Plan C is live-trapping. Woodchucks hibernate through the winter, so removing him from his den now would just be mean. Once February rolls around, though, Chuck may be headed for a new neighborhood.
But then again, maybe not. We've actually come to enjoy Chuck's company. And for a while, there was a Mrs. Chuck and a Chuck Junior. They reminded me of the Beavers in Narnia.
The corn fort fence has effectively kept him out of the garden. I don't have flower beds, so that hasn't been a problem -- although, you'll notice in the photo that he has been snacking on my chrysanthemums. And it's kind of fun to have a wild creature that seems content to share his space with us.
Then too, the websites I've checked say groundhogs live only two years, on average. Chuck may be nearing his expiration date anyway. Maybe we can co-exist for another season?
The trees between the pond and the house are still green, and they mostly hide the view of the woods behind. I hadn't been down there in a while, thinking there wasn't much to see now. Imagine my surprise this week when I reached the water -- a still mirror of azure sky and crimson leaves.
The air was just chilly enough to make a sweatshirt feel good, and a breeze ruffled the water now and then. Two hawks circled, apparently curious about my camera. (That, or I was standing on something dead. With hawks it's hard to tell.)
I cut my first pumpkin from the patch and picked the last of the beans. There are still a few watermelons, and the herbs are still going strong, but the garden is essentially over. I need to sit down and make notes soon on what worked, what didn't.
I need to sit down and take stock in general, actually. We have been here a full year now, during which I have done little, really, to make it my own. Now that the house and I have gotten used to each other, it's time. Don't you think?
All I want is a room somewhere, Far away from the cold night air, With one enormous chair, Ah, wouldn't it be loverly? Lots of choc'lates for me to eat, Lots of coal makin' lots of heat. Warm face, warm hands, warm feet, Ah, wouldn't it be loverly?
Yes, Eliza, it is.
I came home late from a rough day that included a two-hour job interview to find a fire in the hearth, dinner in progress, and flowers on the table. Do I have a great hubby or what?
Oh, so loverly just to sit so abso-bloomin'-lutely still. I would never budge 'til spring Crept over me windowsill. Someone's head restin' on my knee, Warm and tender as he can be. Who takes good care of me, Ah, wouldn't it be loverly? Loverly. Loverly.
Oh yeah. Loverly.
*P.S. The italicized lyrics are from the musical play My Fair Lady and are sung by the character Eliza. Apologies - I should have noted that.
It's an amazing thing that monarchs migrate at all, especially given that the migrating generation returns to a place it has never been. One of the many mysteries surrounding the phenomenon has been how they navigate. It seems scientists have solved that one, and the answer surprises them.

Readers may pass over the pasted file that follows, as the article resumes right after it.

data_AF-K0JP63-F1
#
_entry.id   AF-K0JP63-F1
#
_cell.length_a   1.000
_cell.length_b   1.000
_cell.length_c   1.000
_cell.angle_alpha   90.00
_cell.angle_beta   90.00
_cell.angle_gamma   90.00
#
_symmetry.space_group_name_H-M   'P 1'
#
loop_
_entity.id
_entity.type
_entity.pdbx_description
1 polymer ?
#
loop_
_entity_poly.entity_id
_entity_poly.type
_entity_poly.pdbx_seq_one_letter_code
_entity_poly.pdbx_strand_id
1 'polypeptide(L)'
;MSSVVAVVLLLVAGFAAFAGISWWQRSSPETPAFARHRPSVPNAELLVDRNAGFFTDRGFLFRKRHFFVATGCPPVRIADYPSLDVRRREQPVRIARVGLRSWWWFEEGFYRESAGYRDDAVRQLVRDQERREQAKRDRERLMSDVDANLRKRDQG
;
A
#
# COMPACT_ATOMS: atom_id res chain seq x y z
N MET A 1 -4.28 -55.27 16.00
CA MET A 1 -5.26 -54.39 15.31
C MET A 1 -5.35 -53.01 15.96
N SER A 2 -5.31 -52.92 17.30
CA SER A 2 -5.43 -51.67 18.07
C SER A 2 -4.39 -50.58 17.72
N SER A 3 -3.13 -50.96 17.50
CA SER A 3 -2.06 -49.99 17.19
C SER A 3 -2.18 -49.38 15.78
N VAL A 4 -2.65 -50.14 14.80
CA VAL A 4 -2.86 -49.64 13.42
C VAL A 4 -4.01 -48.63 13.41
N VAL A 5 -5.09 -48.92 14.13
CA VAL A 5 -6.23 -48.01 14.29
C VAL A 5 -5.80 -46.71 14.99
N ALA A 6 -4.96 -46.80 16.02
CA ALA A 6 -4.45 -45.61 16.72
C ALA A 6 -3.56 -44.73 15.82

Researchers have always assumed that navigation occurred somewhere in the critter's brain. However, the truth is that there is a stand-alone GPS system in the antennae that guides them. Here's the article: Butterflies Use Antennal GPS to Guide Migration.
Karen Oberhauser of the University of Minnesota says, “Our sensory systems are really localized to our heads, but insects can taste with their feet and smell with their antennae, and probably their abdomens have pretty complex sensory systems, too. Because insect sensory systems are so different than our sensory systems, it’s sometimes difficult for us to even ask the right questions."
I doubt that we truly realize how alien and wondrous insects are, how radically they differ from us. What must the earth, reality itself, be like for them? They must see and hear and taste things of which we are totally unaware. It has to be like living in a different dimension, a parallel universe.
We got a little taste of winter this morning, a surprise dusting of glittering white frost. It coated the deck and iced the chrysanthemums. I skipped breakfast to snap a quick shot, my breath a white cloud in the strange, cold air.
The trees have started to turn here, and small armies of pumpkins are lining up at roadside stands. My own sprawling patch has produced only three, but they are good sized and will make dandy jack-o-lanterns. The soy bean fields are like seas of gold, with flotillas of turkeys sailing through. The snowy billows of Queen Anne lace have all gone brown, their lacy blossoms curling inward like withered hands. The last of the hummingbirds left last week. I will take down the feeder tomorrow.
I've been avoiding close contact with Mother Nature for a while because I think the bitch is trying to kill me. Allergies turned into a constant cough early in September, which became bronchitis and then progressed to asthma attacks. I've been stuck indoors for weeks to avoid dust and pollen, which is why I haven't had much to post here for a while. I'm hoping the frost will bring some relief, and that I can get out again with the camera soon. I do miss poking around outdoors.